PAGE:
Maersk Sets Sail for Logistics on Land as Shipping Rates Slump

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Maersk Line, the world’s biggest shipper, is planning to expand into the Australian logistics market and add other services to its port calls as it battles low freight rates and financial losses.

“We’ve got a vision to be the global integrator of container logistics,” Gerard Morrison, managing director of Maersk’s Oceania business told The Australian Financial Review.

“Shipping and logistics can be quite fragmented – multiple parties, multiple documents, multiple invoices – but we’re hoping to find ways to simplify that.”

Maersk, like other shipping lines, has been struggling with falling freight rates, reporting a net loss after tax of $US376 million ($493 million) in 2016 despite slashing costs and increasing volumes by around 9 per cent. Its average freight rates dropped around 19 per cent over the year. Some competitors could not cope with the pressure on prices, with Korean shipping group Hanjin collapsing into bankruptcy.

In June, Maersk’s owner, Copenhagen-listed conglomerate AP Moller-Maersk, which reported a net loss of $US1.9 billion for 2016, put the shipping line’s CEO, Soren Skou, in charge of the global group and ordered a strategic review. In September, AP Moller-Maersk, which had previously operated several different businesses, said it would split into two groups: energy, and transport and logistics.

The energy group includes Maersk’s oil, drilling and tanker businesses, while the transport and logistics group includes the shipping line and several other businesses – APM Terminals, which operates in 36 countries; freight forwarding group Damco; towage and salvage group Svitzer; and a container manufacturing business.

Mr Skou wants the businesses to work closely together instead of operating as silos. In Australia, Maersk is thinking of how the shipping line and Damco “could help each other”, Mr Morrison said, adding that bundled services could be offered to customers such as retailers and produce exporters.

“At the moment, shipping is ‘shipping from port to port’ and the thought is, how can we help our customers deal with other parts of the supply chain?”

Offering logistics services such as container storage, customs clearance and trucking in Australia could involve making acquisitions, although purchases of other companies are unlikely in the immediate future, Mr Morrison said. “If the right opportunity was there, we wouldn’t look away from it.”

Maersk has been expanding its services in Australia, sending a container ship, the Searuby, to Tasmania for the first time in February. The ship will call regularly at the port of Bell Bay, enabling Tasmanian producers, including seafood exporters, to send products around the world on Maersk ships via connections in Melbourne and New Zealand.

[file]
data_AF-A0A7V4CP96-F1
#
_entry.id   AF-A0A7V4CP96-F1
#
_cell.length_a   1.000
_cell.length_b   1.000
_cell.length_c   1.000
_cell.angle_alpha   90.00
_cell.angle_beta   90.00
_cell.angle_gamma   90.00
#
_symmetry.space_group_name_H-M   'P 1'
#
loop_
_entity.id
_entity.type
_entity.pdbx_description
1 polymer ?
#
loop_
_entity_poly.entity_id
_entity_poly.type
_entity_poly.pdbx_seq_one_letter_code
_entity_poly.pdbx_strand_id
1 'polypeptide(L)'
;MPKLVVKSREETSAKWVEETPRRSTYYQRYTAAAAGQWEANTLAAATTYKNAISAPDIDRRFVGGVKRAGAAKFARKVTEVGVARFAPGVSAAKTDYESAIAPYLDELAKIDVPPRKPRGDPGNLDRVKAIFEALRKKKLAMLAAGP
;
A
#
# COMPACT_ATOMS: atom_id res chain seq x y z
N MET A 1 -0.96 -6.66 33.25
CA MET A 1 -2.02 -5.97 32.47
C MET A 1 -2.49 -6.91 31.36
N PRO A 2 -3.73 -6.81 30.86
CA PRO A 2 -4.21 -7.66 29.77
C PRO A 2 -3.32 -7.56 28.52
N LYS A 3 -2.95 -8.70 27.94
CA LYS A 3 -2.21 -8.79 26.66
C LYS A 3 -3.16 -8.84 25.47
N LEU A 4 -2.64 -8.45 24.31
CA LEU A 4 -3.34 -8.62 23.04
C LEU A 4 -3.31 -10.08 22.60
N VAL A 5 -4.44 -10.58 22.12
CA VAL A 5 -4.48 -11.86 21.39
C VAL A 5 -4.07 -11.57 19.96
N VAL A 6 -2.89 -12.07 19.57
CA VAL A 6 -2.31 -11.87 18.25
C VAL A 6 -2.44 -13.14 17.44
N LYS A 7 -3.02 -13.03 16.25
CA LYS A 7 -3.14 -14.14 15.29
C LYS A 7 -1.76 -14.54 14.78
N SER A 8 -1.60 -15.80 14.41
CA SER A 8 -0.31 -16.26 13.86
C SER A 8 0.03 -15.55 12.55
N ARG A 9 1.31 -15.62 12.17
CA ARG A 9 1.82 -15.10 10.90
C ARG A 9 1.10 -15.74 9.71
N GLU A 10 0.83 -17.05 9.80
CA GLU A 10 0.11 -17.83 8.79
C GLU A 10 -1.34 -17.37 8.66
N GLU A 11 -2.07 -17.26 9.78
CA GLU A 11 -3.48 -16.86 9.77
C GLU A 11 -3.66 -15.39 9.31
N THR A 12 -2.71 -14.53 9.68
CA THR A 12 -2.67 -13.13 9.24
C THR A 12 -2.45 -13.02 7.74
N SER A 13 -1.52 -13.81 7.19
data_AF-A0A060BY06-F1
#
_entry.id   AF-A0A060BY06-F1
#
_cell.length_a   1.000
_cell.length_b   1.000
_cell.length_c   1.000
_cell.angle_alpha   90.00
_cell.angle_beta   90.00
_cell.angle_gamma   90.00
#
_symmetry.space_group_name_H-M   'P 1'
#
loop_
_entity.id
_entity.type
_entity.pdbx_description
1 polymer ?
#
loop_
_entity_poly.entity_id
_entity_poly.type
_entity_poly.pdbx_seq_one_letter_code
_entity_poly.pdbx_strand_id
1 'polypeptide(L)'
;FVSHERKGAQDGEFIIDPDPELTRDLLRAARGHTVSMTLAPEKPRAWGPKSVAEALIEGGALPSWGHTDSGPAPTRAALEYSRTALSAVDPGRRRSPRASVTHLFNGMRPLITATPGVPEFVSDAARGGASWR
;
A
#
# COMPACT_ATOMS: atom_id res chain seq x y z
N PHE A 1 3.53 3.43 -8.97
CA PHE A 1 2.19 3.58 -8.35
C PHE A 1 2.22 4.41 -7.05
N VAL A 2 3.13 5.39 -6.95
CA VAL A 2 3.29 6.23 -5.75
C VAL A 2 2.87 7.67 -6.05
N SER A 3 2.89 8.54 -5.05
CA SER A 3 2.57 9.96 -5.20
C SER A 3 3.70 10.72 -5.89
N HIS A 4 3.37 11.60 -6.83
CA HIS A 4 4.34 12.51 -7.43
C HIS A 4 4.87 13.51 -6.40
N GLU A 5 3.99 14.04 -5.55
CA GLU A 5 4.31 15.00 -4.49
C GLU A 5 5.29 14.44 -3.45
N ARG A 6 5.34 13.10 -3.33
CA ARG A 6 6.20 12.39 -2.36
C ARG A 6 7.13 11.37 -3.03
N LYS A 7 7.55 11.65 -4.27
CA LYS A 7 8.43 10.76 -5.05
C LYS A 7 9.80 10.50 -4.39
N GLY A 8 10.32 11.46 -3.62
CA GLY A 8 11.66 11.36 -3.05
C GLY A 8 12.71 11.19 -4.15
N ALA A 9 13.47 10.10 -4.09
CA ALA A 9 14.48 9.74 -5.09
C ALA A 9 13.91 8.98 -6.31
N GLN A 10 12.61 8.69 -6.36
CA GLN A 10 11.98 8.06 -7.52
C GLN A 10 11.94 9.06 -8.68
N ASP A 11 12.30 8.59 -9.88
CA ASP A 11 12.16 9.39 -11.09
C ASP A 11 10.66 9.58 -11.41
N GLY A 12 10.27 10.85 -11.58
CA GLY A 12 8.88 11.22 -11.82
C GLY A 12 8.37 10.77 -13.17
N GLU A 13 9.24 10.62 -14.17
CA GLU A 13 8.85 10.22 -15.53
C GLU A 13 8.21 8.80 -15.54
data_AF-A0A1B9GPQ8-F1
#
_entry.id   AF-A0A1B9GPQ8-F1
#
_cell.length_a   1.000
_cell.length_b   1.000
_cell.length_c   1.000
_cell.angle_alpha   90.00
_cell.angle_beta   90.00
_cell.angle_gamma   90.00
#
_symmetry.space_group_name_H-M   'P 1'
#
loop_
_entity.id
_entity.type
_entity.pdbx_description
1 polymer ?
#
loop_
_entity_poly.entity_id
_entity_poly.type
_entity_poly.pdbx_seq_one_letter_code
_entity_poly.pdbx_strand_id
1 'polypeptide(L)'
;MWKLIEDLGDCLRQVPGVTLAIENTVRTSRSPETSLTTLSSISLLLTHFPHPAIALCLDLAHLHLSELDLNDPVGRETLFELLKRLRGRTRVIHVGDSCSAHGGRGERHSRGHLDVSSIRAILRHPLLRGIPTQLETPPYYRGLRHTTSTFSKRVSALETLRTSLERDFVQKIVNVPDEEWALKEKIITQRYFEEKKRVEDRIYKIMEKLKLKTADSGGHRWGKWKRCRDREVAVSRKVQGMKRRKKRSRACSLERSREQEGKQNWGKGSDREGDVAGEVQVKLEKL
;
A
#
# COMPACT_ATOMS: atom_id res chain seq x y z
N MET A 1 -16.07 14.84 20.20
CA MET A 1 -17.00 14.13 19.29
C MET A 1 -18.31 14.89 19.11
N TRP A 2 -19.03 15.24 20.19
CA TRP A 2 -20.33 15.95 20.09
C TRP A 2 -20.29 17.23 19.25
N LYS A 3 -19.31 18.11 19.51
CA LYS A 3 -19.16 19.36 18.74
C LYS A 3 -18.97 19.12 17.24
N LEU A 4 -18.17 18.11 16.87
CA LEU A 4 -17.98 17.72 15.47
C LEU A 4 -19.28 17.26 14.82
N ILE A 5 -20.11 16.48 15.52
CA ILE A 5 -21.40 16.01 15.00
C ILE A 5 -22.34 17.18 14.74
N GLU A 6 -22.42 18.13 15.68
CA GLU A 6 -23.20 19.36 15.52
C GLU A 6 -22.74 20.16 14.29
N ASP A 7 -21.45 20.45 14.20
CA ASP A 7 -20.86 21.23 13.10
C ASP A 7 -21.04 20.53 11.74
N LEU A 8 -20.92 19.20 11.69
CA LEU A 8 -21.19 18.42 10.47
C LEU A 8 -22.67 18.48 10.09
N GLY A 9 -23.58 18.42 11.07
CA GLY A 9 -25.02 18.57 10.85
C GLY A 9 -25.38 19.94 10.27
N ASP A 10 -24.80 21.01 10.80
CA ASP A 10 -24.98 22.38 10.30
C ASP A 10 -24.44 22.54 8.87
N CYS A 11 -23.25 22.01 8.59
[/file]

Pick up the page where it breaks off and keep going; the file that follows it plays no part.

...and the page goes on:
The line is calling more frequently at Adelaide, which is shipping more wine to China, and is “keeping a close eye” on Darwin to see if starting services to the northern port would be worthwhile, Mr Morrison said. “It’s a very small market but it’s growing really fast … geographically-speaking, Darwin would be a fantastic place to be able to get in and out of.”

Maersk, which has a 15 per cent share of the global container shipping market, is also targeting acquisitions to boost scale, announcing a deal in December to buy German container shipping line Hamburg Sud. If the deal is approved, Maersk will be able to expand its range of shipping destinations.

Global shipping volumes are now improving, partially driven by strengthening economies in Europe and Latin America, Mr Morrison said. “Australia and New Zealand are doing very well, there’s very steady growth out of both markets …customers are asking us to carry more and more cargo.”

To keep costs low for customers, Maersk is trying to transform what Mr Morrison describes as an “antiquated industry” by investing in technology. In December it announced a partnership with Chinese e-commerce group Alibaba that will allow users of the site to book space on Maersk ships.

Traditionally Maersk has dealt with big companies, with smaller and medium-sized businesses finding difficult to get direct access to shipping services. If trials with Alibaba go well, Maersk will consider forming similar partnerships in other countries, he said.

It is also collaborating with IBM to digitalise the paperwork associated with shipping contracts, so it can reduce costs and enable goods to be processed faster by regulatory bodies. And last year it put digital chips inside refrigerated shipping containers that are tracked by satellite, allowing customers to monitor the temperature of the containers.

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Source: The Australian Financial Review

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